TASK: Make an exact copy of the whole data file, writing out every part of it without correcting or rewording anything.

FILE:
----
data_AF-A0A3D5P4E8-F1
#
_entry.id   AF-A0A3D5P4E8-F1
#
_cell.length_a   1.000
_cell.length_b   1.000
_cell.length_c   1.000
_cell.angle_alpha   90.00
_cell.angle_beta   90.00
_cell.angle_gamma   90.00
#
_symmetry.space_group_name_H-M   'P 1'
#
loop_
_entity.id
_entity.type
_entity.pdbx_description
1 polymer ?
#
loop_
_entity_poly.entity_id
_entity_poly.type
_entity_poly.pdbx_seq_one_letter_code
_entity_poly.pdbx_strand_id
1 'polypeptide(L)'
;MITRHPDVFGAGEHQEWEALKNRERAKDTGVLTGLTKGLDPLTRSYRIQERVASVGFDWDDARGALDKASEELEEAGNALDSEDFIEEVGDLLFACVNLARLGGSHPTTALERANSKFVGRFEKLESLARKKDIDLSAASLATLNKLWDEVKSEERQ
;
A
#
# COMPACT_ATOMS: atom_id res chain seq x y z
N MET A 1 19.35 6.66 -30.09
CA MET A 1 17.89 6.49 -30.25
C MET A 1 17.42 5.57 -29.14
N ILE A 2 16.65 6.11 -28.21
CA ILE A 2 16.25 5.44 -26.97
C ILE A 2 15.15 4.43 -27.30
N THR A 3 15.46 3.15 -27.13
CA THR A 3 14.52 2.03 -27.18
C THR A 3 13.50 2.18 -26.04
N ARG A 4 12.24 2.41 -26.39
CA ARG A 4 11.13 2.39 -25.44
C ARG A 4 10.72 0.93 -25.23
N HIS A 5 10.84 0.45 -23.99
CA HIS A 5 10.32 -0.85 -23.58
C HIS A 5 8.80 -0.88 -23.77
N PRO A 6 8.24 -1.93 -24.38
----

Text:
data_AF-A0A3D5P4E8-F1
#
_entry.id   AF-A0A3D5P4E8-F1
#
_cell.length_a   1.000
_cell.length_b   1.000
_cell.length_c   1.000
_cell.angle_alpha   90.00
_cell.angle_beta   90.00
_cell.angle_gamma   90.00
#
_symmetry.space_group_name_H-M   'P 1'
#
loop_
_entity.id
_entity.type
_entity.pdbx_description
1 polymer ?
#
loop_
_entity_poly.entity_id
_entity_poly.type
_entity_poly.pdbx_seq_one_letter_code
_entity_poly.pdbx_strand_id
1 'polypeptide(L)'
;MITRHPDVFGAGEHQEWEALKNRERAKDTGVLTGLTKGLDPLTRSYRIQERVASVGFDWDDARGALDKASEELEEAGNALDSEDFIEEVGDLLFACVNLARLGGSHPTTALERANSKFVGRFEKLESLARKKDIDLSAASLATLNKLWDEVKSEERQ
;
A
#
# COMPACT_ATOMS: atom_id res chain seq x y z
N MET A 1 19.35 6.66 -30.09
CA MET A 1 17.89 6.49 -30.25
C MET A 1 17.42 5.57 -29.14
N ILE A 2 16.65 6.11 -28.21
CA ILE A 2 16.25 5.44 -26.97
C ILE A 2 15.15 4.43 -27.30
N THR A 3 15.46 3.15 -27.13
CA THR A 3 14.52 2.03 -27.18
C THR A 3 13.50 2.18 -26.04
N ARG A 4 12.24 2.41 -26.39
CA ARG A 4 11.13 2.39 -25.44
C ARG A 4 10.72 0.93 -25.23
N HIS A 5 10.84 0.45 -23.99
CA HIS A 5 10.32 -0.85 -23.58
C HIS A 5 8.80 -0.88 -23.77
N PRO A 6 8.24 -1.93 -24.38